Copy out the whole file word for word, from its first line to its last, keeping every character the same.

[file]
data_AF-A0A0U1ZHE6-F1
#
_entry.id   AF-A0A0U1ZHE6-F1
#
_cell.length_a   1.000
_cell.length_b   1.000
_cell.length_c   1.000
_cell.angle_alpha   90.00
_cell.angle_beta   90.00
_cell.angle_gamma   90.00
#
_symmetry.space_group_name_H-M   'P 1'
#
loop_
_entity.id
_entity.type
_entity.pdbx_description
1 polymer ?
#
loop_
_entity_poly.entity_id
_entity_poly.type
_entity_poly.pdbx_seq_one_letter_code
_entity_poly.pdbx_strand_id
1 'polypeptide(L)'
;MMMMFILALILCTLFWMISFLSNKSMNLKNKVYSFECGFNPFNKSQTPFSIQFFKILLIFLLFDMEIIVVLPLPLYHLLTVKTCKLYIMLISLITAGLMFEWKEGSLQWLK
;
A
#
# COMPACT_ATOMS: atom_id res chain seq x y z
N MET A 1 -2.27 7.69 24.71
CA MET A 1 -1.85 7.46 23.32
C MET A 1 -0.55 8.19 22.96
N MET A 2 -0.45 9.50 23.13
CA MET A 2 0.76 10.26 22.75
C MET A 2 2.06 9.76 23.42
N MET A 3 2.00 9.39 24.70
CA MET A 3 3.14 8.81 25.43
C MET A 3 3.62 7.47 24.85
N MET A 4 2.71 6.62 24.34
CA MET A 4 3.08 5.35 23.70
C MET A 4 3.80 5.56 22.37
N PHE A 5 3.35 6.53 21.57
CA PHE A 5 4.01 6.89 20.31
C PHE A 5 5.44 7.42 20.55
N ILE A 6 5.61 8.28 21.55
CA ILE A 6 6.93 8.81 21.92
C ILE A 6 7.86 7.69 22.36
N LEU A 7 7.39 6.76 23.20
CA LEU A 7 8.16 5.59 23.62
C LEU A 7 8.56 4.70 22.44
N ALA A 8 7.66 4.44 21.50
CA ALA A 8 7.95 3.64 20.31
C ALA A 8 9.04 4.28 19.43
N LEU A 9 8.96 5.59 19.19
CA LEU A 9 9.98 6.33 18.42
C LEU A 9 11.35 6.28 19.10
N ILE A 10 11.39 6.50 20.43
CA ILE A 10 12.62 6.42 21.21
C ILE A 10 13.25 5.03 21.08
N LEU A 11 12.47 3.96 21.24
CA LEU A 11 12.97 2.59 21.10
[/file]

data_AF-A0A0U1ZHE6-F1
#
_entry.id   AF-A0A0U1ZHE6-F1
#
_cell.length_a   1.000
_cell.length_b   1.000
_cell.length_c   1.000
_cell.angle_alpha   90.00
_cell.angle_beta   90.00
_cell.angle_gamma   90.00
#
_symmetry.space_group_name_H-M   'P 1'
#
loop_
_entity.id
_entity.type
_entity.pdbx_description
1 polymer ?
#
loop_
_entity_poly.entity_id
_entity_poly.type
_entity_poly.pdbx_seq_one_letter_code
_entity_poly.pdbx_strand_id
1 'polypeptide(L)'
;MMMMFILALILCTLFWMISFLSNKSMNLKNKVYSFECGFNPFNKSQTPFSIQFFKILLIFLLFDMEIIVVLPLPLYHLLTVKTCKLYIMLISLITAGLMFEWKEGSLQWLK
;
A
#
# COMPACT_ATOMS: atom_id res chain seq x y z
N MET A 1 -2.27 7.69 24.71
CA MET A 1 -1.85 7.46 23.32
C MET A 1 -0.55 8.19 22.96
N MET A 2 -0.45 9.50 23.13
CA MET A 2 0.76 10.26 22.75
C MET A 2 2.06 9.76 23.42
N MET A 3 2.00 9.39 24.70
CA MET A 3 3.14 8.81 25.43
C MET A 3 3.62 7.47 24.85
N MET A 4 2.71 6.62 24.34
CA MET A 4 3.08 5.35 23.70
C MET A 4 3.80 5.56 22.37
N PHE A 5 3.35 6.53 21.57
CA PHE A 5 4.01 6.89 20.31
C PHE A 5 5.44 7.42 20.55
N ILE A 6 5.61 8.28 21.55
CA ILE A 6 6.93 8.81 21.92
C ILE A 6 7.86 7.69 22.36
N LEU A 7 7.39 6.76 23.20
CA LEU A 7 8.16 5.59 23.62
C LEU A 7 8.56 4.70 22.44
N ALA A 8 7.66 4.44 21.50
CA ALA A 8 7.95 3.64 20.31
C ALA A 8 9.04 4.28 19.43
N LEU A 9 8.96 5.59 19.19
CA LEU A 9 9.98 6.33 18.42
C LEU A 9 11.35 6.28 19.10
N ILE A 10 11.39 6.50 20.43
CA ILE A 10 12.62 6.42 21.21
C ILE A 10 13.25 5.03 21.08
N LEU A 11 12.47 3.96 21.24
CA LEU A 11 12.97 2.59 21.10